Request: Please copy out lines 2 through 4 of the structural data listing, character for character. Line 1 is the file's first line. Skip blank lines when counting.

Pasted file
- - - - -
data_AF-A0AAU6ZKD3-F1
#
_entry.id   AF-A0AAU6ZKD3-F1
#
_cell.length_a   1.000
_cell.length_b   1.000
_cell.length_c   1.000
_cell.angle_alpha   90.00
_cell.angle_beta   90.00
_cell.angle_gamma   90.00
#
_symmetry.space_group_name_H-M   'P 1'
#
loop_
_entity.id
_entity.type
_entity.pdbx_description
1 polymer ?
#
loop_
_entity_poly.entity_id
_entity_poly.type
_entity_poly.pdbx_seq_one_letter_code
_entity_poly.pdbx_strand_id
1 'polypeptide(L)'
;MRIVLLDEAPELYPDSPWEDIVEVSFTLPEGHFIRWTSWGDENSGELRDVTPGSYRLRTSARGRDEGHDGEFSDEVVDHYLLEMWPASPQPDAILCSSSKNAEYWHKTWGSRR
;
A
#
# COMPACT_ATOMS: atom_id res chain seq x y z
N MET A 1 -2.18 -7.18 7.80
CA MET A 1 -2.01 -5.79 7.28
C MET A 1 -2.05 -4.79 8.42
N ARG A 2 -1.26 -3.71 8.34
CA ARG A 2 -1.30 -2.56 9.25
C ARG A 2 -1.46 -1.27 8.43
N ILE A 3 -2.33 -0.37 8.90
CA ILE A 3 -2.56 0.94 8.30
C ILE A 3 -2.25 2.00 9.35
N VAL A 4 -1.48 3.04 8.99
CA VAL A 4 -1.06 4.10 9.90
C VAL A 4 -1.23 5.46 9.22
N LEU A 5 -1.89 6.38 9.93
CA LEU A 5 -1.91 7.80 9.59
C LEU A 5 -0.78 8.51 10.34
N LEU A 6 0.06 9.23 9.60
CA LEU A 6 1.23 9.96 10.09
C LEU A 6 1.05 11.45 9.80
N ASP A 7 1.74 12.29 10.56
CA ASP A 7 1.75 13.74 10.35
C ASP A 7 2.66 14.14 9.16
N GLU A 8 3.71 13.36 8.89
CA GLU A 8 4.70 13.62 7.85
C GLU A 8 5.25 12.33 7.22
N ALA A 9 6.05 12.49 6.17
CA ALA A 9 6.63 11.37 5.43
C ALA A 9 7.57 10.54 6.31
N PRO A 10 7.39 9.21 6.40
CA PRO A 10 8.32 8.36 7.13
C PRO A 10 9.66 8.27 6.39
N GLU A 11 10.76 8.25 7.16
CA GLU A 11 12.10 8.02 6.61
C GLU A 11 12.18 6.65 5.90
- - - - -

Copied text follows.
#
_entry.id   AF-A0AAU6ZKD3-F1
#